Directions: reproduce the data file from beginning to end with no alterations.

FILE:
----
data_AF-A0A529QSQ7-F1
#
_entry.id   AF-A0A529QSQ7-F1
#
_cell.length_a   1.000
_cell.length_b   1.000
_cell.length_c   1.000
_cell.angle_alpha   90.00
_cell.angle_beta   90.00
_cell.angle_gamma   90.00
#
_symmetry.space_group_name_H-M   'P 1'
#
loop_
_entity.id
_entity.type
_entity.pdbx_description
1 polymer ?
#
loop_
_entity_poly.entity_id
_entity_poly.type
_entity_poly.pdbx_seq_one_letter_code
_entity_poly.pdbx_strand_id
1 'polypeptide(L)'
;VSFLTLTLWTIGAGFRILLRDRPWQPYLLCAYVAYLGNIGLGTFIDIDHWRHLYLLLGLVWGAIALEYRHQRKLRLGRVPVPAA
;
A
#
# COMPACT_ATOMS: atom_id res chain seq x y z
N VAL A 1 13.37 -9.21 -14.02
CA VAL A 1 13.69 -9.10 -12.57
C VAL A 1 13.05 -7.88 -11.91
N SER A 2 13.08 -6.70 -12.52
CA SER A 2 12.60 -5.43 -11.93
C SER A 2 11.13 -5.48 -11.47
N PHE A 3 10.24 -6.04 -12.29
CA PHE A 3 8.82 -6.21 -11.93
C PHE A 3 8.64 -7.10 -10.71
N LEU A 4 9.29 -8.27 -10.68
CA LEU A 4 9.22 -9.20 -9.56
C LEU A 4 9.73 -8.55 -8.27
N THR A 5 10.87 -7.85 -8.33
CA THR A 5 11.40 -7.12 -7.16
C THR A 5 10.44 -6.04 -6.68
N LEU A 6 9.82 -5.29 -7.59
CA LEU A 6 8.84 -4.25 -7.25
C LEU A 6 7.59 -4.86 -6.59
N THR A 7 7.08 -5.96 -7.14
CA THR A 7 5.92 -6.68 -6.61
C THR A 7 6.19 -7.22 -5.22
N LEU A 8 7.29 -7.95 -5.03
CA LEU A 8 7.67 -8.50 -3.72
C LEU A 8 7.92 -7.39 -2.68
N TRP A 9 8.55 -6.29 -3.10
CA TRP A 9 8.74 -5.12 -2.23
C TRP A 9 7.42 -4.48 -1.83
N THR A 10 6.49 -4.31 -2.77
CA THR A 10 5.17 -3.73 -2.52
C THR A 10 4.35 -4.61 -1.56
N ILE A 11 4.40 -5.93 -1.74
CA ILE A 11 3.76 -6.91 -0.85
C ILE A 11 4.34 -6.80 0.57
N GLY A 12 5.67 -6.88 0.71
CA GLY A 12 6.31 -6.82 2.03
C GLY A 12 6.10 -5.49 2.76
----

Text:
data_AF-A0A529QSQ7-F1
#
_entry.id   AF-A0A529QSQ7-F1
#
_cell.length_a   1.000
_cell.length_b   1.000
_cell.length_c   1.000
_cell.angle_alpha   90.00
_cell.angle_beta   90.00
_cell.angle_gamma   90.00
#
_symmetry.space_group_name_H-M   'P 1'
#
loop_
_entity.id
_entity.type
_entity.pdbx_description
1 polymer ?
#
loop_
_entity_poly.entity_id
_entity_poly.type
_entity_poly.pdbx_seq_one_letter_code
_entity_poly.pdbx_strand_id
1 'polypeptide(L)'
;VSFLTLTLWTIGAGFRILLRDRPWQPYLLCAYVAYLGNIGLGTFIDIDHWRHLYLLLGLVWGAIALEYRHQRKLRLGRVPVPAA
;
A
#
# COMPACT_ATOMS: atom_id res chain seq x y z
N VAL A 1 13.37 -9.21 -14.02
CA VAL A 1 13.69 -9.10 -12.57
C VAL A 1 13.05 -7.88 -11.91
N SER A 2 13.08 -6.70 -12.52
CA SER A 2 12.60 -5.43 -11.93
C SER A 2 11.13 -5.48 -11.47
N PHE A 3 10.24 -6.04 -12.29
CA PHE A 3 8.82 -6.21 -11.93
C PHE A 3 8.64 -7.10 -10.71
N LEU A 4 9.29 -8.27 -10.68
CA LEU A 4 9.22 -9.20 -9.56
C LEU A 4 9.73 -8.55 -8.27
N THR A 5 10.87 -7.85 -8.33
CA THR A 5 11.40 -7.12 -7.16
C THR A 5 10.44 -6.04 -6.68
N LEU A 6 9.82 -5.29 -7.59
CA LEU A 6 8.84 -4.25 -7.25
C LEU A 6 7.59 -4.86 -6.59
N THR A 7 7.08 -5.96 -7.14
CA THR A 7 5.92 -6.68 -6.61
C THR A 7 6.19 -7.22 -5.22
N LEU A 8 7.29 -7.95 -5.03
CA LEU A 8 7.67 -8.50 -3.72
C LEU A 8 7.92 -7.39 -2.68
N TRP A 9 8.55 -6.29 -3.10
CA TRP A 9 8.74 -5.12 -2.23
C TRP A 9 7.42 -4.48 -1.83
N THR A 10 6.49 -4.31 -2.77
CA THR A 10 5.17 -3.73 -2.52
C THR A 10 4.35 -4.61 -1.56
N ILE A 11 4.40 -5.93 -1.74
CA ILE A 11 3.76 -6.91 -0.85
C ILE A 11 4.34 -6.80 0.57
N GLY A 12 5.67 -6.88 0.71
CA GLY A 12 6.31 -6.82 2.03
C GLY A 12 6.10 -5.49 2.76